Derek Irvine: Increasing motivation and retention with performance recognition via the crowds

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Studies have consistently shown that when recognition is done right, on a regular basis through feedback from all of an employee’s peers, it produces healthier, happier employees that generate better output, deliver improved customer service and remain in their roles for longer periods of time. Yet, recognition in the workplace is lacking, with data revealing that over half of employees do not feel appreciated at work, while nearly a third have already left a job due to a lack of recognition.

Companies across the globe have an opportunity to improve the health of both their workplace and their business by tapping into the power of recognition. Implementing formalised recognition programmes that are closely tied to the performance management process has the power to create a positive cultural shift in organisations across the globe.

Traditional performance review failures – and the opportunity for success through recognition

While business practices have changed greatly in the last forty years, the traditional performance review process has not; it is frozen in time. As a result, only a third of employees in today’s workforce believe traditional performance reviews provide accurate recognition for the work they have done.

Usually taking place with a manager on an annual basis, the aim of most current review processes is to provide feedback on goals and targets that have been clearly defined in the employee’s job description. However, times have changed and roles are becoming more fluid and in a constant state of evolution. As a result, annual performance reviews are not seen as effective as they once were – they are often biased, inaccurate and too sparse to truly reflect an honest evaluation. Organisations need to therefore look at implementing a strategy that will continue to motivate and drive commitment, while also providing a true reflection of the individual employee’s performance. Through social recognition programmes, employees are identified consistently throughout the year for the good work that they do, yielding a data set that informs performance reviews in a fuller, more accurate way.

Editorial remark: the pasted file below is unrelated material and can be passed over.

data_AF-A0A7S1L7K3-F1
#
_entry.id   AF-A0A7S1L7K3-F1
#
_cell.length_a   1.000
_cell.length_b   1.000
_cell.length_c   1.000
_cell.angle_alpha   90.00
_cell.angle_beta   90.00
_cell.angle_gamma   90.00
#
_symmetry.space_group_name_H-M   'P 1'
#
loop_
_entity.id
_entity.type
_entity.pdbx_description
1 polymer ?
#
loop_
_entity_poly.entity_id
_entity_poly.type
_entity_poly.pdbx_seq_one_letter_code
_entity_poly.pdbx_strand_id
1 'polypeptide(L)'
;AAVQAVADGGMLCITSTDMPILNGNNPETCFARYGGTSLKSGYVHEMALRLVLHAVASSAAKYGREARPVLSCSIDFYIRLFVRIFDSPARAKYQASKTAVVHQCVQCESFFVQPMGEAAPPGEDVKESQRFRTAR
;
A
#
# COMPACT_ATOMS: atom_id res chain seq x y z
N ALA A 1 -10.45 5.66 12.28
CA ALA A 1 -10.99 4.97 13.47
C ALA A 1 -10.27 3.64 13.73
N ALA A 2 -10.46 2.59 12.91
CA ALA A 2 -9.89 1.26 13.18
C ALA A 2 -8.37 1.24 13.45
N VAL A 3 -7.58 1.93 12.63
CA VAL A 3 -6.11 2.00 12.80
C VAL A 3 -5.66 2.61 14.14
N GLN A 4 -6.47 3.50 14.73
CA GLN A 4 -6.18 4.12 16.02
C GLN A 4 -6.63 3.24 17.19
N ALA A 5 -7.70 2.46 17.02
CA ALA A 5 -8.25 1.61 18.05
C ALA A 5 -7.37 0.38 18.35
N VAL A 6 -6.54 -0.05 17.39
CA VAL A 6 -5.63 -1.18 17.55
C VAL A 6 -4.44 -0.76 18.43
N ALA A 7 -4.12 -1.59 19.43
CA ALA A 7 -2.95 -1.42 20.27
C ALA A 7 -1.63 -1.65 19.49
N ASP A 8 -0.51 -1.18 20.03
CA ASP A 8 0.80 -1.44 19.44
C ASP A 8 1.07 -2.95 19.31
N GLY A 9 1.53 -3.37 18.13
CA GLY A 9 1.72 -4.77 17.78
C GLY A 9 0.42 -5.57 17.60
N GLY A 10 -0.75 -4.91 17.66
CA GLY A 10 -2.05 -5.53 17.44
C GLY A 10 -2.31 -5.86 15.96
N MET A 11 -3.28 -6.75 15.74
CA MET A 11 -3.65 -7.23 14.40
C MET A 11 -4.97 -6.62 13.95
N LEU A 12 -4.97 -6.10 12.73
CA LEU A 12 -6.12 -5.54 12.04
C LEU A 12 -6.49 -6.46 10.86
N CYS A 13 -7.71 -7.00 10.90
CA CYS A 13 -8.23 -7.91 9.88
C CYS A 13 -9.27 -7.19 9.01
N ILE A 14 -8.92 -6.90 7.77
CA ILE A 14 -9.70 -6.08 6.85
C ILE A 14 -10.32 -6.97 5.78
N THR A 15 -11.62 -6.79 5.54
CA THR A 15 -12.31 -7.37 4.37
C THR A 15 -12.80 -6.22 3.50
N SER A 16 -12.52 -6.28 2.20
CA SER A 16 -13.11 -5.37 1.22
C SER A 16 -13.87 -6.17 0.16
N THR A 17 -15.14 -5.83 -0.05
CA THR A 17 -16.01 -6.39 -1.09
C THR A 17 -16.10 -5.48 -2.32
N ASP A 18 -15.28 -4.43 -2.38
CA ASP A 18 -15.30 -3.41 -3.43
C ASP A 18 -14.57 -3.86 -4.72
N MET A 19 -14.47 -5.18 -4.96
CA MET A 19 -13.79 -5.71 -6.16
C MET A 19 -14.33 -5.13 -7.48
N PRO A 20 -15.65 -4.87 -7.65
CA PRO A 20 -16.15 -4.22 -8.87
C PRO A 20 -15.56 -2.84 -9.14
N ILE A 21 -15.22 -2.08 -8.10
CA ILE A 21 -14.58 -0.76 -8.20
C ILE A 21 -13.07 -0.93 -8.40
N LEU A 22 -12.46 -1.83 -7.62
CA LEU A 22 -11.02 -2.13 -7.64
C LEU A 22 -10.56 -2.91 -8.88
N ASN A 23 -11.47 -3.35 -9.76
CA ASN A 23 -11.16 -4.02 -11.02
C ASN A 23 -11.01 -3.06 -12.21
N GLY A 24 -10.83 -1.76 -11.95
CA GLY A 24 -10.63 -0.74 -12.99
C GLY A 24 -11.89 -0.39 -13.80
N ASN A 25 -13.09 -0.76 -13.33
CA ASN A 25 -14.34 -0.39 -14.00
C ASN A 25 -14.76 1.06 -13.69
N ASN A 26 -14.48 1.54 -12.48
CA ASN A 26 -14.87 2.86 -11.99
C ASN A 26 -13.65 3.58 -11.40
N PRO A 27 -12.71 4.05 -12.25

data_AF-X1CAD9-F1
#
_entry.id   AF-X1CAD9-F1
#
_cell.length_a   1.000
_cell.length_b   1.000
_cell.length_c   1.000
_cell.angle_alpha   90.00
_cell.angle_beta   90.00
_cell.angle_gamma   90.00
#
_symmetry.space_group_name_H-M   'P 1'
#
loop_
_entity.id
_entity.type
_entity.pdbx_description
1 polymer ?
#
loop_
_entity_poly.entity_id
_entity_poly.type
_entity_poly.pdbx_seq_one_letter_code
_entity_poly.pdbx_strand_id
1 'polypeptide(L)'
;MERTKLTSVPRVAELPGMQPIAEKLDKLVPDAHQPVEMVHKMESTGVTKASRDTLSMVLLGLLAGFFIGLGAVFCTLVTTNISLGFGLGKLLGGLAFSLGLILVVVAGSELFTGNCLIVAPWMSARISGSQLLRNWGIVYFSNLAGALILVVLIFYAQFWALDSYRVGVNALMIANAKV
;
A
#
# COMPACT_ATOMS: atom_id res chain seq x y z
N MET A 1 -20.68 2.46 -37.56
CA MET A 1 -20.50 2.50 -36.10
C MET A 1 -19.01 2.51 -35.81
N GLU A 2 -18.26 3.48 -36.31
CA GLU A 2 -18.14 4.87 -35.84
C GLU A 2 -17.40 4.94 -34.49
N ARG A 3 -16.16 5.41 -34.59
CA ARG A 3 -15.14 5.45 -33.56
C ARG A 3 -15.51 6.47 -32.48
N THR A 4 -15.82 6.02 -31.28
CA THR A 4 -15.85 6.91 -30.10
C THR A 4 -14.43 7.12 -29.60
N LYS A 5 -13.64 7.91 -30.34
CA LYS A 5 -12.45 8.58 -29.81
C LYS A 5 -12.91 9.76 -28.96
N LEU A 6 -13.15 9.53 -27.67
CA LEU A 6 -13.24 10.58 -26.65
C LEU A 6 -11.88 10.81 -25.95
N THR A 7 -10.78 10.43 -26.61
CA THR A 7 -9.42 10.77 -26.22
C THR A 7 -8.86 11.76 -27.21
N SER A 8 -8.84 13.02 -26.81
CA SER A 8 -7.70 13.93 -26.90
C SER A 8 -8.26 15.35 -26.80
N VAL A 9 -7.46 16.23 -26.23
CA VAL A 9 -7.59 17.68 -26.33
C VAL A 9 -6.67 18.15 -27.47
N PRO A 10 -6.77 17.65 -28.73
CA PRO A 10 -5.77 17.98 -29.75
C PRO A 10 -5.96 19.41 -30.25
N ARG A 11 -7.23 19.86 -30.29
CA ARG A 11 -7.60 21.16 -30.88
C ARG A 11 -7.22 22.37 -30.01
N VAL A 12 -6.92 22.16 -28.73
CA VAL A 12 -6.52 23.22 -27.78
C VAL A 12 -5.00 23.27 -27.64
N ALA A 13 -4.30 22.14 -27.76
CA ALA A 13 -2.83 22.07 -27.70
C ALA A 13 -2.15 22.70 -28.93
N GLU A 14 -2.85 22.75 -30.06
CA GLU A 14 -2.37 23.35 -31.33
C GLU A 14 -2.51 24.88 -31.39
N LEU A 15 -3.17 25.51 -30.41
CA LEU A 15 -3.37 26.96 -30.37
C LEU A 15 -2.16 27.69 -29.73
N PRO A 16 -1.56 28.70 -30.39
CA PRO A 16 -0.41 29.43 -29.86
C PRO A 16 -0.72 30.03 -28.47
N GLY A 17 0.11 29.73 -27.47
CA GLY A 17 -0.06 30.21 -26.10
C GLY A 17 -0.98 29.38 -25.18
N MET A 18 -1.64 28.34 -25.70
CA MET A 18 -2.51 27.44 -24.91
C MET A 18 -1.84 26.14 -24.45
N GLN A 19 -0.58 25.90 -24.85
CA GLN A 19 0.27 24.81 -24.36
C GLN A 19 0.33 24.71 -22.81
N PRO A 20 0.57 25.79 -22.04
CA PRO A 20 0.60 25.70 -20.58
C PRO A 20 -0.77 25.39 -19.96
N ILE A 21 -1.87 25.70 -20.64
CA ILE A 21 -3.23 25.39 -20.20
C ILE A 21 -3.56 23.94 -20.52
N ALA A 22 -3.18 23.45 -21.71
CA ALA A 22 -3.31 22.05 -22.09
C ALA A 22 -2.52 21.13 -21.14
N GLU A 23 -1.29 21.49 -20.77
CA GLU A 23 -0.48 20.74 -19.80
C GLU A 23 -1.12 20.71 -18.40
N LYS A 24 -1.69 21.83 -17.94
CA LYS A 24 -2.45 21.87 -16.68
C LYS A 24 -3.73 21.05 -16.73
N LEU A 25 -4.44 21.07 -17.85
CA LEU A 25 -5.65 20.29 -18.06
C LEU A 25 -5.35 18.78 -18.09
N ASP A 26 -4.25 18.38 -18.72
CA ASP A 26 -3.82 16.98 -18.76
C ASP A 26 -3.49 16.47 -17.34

Using wisdom of the crowds to inform the performance review

A performance review that consists of feedback by one person, at one moment in time, can fairly be termed a single point of failure. To create a fuller, more telling picture, the wisdom of the crowds, also termed crowdsourcing, must be applied to the process. Crowdsourced feedback and recognition provides a much deeper, better-rounded understanding of an employee than any single person would be capable of arriving at during a review once a year. This bottom-up, peer-to-peer strategy allows all employees – not just managers – to  recognise others for good work constantly and immediately, which provides much more accurate feedback that only serves to motivate and encourage.

Crowdsourcing feedback also ensures that, when it comes to the performance review itself, previous months’ work is not forgotten as it has been recorded throughout the year. As the knowledge is taken from peers who work with the employee every day, the feedback holds more weight and allows for reinforcement through tangible examples, helping the employee understand how their performance affects their colleagues and can be improved to have a greater impact. In fact, nearly half of UK employees think crowdsourced data coming from people they work with on a day-to-day basis gives a more accurate picture of their performance.

In addition, when the workforce is encouraged to recognise and reward colleagues for behaviour that reflects a pre-defined set of organisational goals and values, these become embedded within the company and are aligned across geographic, national and even demographic groups. The business’ values are communicated in the same way to all, and understood by everyone – irrespective of other groups they may belong to. Indeed, as everyone within the organisation begins monitoring the characteristics that define the culture, all participants become highly sensitive to the right values and behaviours, ensuring that the environment repeats and reinforces itself.

Correctly implemented, a strategic recognition programme that involves the use of crowdsourcing is an ongoing catalyst for enhanced employee motivation and performance. When an employee can see they are adding value to their organisation and they are regularly communicating with their peers and managers, they will become more engaged and their productivity levels will grow. Furthermore, by implementing a programme that makes sure each employee fully understands the business’ core values and is actively working towards the same goals, it provides the workforce with structure and consistency, which ultimately strengthens corporate culture. Recognition that provides an honest evaluation increases happiness which decreases turnover and reduces cost to the company. The opportunity this creates for organisations – from individual performance, to business growth – is one with vast potential that can positively change the way a company does business.

Derek Irvine, vice president, client strategy and consulting, Globoforce

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